2014 Annual Conference: Bold action to make disciples
—Craig Stinson, director of Connectional Ministries
By HOLLY McCRAY
After approving three key proposals on May 29, Annual Conference delegates took home an incentive to design innovative ministries that connect new people to Christ.
Delegates allocated $700,000 to fund such ministries in 2015, through New People, New Places grant awards. Money will become available by June 2015.
Application forms and more information soon will be posted on the website, www.okumc.org. Any church or Conference ministry of any size may apply for a grant.
"Who in your community might you reach if you applied to New People, New Places for help in discipling?" asked Craig Stinson, director of Connectional Ministries.
New People, New Places is a new line item in the Oklahoma Conference budget. By a vote of 568 to 259, delegates approved the 2015 budget of $15,374,71. That is about $1.3 million less than the 2014 budget.
The budget action can reduce by almost 8 percent the Conference Apportionments assessed for each church.
Delegates also approved:
- reducing the number of districts from 12 to eight, approved by 81 percent (696 to 154 votes); and
- partnering with One Exchange for the retired clergy Medicare supplement plan, approved by 95 percent (772 to 35 votes).
The Annual Conference met May 26-29, hosted by Oklahoma City University and OKC-St. Luke’s UMC. Theme was "All Things New," based on Revelation 21:5.
"Hungry, hurting people need to see by our witness that God is making all things new," Bishop Hayes declared in his Episcopal Address. He held up a Bible during his ordination sermon and said, "What most of us think of as greatness is radically different than what is in this book."
"God said, ‘I need somebody.’ What will you do? I can only imagine," declared guest preacher Jasmine Smothers of Georgia in the opening worship May 26.
And God’s priorities were pursued in creative ways over the following days. Three phrases resounded: "Making all things new," "I can only imagine," and "We make disciples!"
Four Oklahoma Conference churches were officially closed by Annual Conference vote: Barnsdall, Carter, Agra, and McAlester-Christ.
"I can only imagine the millions of prayers, thousands of cookies baked for VBS, and untold numbers of people who sought help in these churches," said Conference Lay Leader Chuck Stewart of Stilwell. "Through the years, lives were made better because of the people there."
More than 100 Oklahoma Conference churches have closed since 1980.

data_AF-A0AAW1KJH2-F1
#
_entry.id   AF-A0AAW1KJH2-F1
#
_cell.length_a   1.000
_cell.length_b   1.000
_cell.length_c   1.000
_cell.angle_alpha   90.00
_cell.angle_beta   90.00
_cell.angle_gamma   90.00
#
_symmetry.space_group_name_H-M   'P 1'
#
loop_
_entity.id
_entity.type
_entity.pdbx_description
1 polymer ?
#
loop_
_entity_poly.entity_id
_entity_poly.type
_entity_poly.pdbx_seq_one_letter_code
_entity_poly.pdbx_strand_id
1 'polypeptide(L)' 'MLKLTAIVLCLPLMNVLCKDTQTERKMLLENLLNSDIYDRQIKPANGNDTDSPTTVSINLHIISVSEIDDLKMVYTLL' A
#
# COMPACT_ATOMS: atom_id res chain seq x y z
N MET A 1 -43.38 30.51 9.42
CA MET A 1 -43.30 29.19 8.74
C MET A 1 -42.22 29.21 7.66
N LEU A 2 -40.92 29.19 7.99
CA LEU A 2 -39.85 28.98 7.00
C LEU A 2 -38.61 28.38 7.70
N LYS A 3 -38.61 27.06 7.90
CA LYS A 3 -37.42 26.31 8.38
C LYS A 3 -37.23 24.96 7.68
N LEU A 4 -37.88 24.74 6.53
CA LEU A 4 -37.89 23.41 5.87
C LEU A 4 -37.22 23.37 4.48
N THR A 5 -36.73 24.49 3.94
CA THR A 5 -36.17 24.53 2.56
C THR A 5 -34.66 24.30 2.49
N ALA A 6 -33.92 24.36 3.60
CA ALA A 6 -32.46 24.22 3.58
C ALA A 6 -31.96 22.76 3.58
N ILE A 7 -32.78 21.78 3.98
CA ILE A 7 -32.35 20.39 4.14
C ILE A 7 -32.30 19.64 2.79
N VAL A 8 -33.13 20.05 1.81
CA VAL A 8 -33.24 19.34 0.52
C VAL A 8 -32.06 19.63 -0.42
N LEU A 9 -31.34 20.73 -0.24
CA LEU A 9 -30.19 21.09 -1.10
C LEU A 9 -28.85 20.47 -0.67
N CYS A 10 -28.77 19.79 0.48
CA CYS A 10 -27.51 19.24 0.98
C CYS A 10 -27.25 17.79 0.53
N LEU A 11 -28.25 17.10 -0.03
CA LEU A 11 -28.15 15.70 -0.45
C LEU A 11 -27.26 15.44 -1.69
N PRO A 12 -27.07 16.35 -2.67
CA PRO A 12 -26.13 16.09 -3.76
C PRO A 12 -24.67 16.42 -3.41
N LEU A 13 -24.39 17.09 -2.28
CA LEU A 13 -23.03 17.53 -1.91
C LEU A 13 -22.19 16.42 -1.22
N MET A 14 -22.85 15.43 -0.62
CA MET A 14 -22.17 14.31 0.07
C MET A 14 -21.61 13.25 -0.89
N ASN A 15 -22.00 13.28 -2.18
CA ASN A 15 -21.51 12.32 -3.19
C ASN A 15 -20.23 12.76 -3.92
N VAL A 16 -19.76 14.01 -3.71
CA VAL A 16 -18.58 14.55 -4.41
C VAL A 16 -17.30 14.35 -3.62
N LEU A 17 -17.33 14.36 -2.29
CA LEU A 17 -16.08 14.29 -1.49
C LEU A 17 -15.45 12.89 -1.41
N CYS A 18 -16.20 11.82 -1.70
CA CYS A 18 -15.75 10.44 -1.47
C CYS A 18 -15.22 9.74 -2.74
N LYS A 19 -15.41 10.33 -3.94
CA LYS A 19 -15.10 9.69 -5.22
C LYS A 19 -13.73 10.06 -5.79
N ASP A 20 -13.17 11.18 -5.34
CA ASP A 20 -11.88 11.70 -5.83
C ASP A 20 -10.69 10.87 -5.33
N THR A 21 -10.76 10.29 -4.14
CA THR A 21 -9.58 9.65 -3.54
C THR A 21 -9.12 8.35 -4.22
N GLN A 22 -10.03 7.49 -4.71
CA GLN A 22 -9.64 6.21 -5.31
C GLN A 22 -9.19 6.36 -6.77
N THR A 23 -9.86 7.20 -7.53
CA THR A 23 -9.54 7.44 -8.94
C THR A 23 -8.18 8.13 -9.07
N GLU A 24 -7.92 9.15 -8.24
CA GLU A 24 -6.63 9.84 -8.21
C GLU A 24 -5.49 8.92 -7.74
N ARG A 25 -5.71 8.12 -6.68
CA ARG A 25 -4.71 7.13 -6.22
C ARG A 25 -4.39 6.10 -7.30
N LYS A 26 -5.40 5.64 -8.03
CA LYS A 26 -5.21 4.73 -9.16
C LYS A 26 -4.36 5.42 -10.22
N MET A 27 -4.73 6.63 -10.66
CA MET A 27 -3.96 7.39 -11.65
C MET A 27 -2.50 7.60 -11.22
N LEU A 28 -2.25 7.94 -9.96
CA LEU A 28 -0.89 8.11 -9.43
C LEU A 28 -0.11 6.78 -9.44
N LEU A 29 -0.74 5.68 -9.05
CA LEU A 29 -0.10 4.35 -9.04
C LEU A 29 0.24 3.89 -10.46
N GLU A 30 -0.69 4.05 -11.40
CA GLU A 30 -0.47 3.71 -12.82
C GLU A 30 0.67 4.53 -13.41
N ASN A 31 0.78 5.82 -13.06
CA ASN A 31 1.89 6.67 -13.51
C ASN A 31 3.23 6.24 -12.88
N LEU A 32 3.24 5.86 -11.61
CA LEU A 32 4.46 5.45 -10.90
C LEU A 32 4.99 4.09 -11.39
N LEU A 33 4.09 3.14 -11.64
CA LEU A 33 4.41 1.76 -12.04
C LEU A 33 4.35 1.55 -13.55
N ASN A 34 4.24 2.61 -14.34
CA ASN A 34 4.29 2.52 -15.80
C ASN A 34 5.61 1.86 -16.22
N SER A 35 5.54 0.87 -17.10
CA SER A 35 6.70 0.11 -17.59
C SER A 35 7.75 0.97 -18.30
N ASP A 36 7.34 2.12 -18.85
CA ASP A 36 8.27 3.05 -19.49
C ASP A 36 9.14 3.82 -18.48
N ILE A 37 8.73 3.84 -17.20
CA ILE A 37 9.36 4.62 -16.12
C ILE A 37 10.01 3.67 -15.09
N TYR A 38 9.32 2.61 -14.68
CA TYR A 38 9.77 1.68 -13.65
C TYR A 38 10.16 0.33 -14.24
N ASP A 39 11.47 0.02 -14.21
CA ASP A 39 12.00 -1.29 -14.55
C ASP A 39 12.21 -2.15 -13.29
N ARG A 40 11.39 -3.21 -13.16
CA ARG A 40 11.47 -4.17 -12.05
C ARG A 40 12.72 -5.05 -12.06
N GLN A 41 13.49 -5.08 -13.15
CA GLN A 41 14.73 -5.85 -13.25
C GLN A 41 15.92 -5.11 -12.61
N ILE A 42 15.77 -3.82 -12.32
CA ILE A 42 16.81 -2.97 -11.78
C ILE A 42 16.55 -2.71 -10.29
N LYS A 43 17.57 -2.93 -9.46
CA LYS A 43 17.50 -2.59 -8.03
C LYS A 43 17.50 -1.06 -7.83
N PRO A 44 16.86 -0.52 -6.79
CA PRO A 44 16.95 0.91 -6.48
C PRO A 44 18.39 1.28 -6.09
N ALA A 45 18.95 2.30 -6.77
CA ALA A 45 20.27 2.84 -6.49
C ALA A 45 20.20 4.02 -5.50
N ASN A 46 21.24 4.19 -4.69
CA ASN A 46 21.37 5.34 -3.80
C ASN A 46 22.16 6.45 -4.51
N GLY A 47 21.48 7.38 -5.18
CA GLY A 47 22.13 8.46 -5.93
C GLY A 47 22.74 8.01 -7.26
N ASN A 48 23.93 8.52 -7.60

Treasurer and statistician Brian Bakeman reported that declines continued last year in worship attendance, professions of faith, and stewardship.
"Worship attendance has dropped by 6,000 people in the last seven years," he remarked.
Tom Junk of Tulsa described the Oklahoma Conference as a great tree and Conference agencies and ministries as its strong branches.
"But the roots are diminishing," he said. Junk chairs the Council on Finance & Administration (CFA).
Lower overall numbers aren’t the only indicators causing worry about the Church’s life.
A youth camp was cancelled because of a lack of volunteer counselors, noted Bishop Hayes. "You send your children. Is that not important for you to go, too?"
The trio of plans approved by written ballot during Annual Conference deploys resources in strategic ways to defy those downward trends. More than 200 leaders were engaged in developing those plans.
"We give ourselves over to God’s work in making all things new," said the bishop. "It’s not about saving the institution of the Church. It’s about bringing all into the redemptive work of the Church."
Sam Powers, who co-chairs the Annual Conference Council (ACC) concluded, "Jesus did a new thing quite often in his ministry, and it would leave people astounded. Let us contine to strive to be Christ-like in a world that senses God but may not know him yet."
Before voting May 29, delegates devoted three hours May 28 to discuss the three proposals. People packed the Christian Life Center and two additional meeting rooms at St. Luke’s.
Conversation was candid.
Debate grew intense about reallocating $700,000 to New People, New Places from existing ACC programming, including campus ministries.
Funding for new church starts, re-starts, and revitalizations also will climb to $700,000 in the Department of Congregational Development.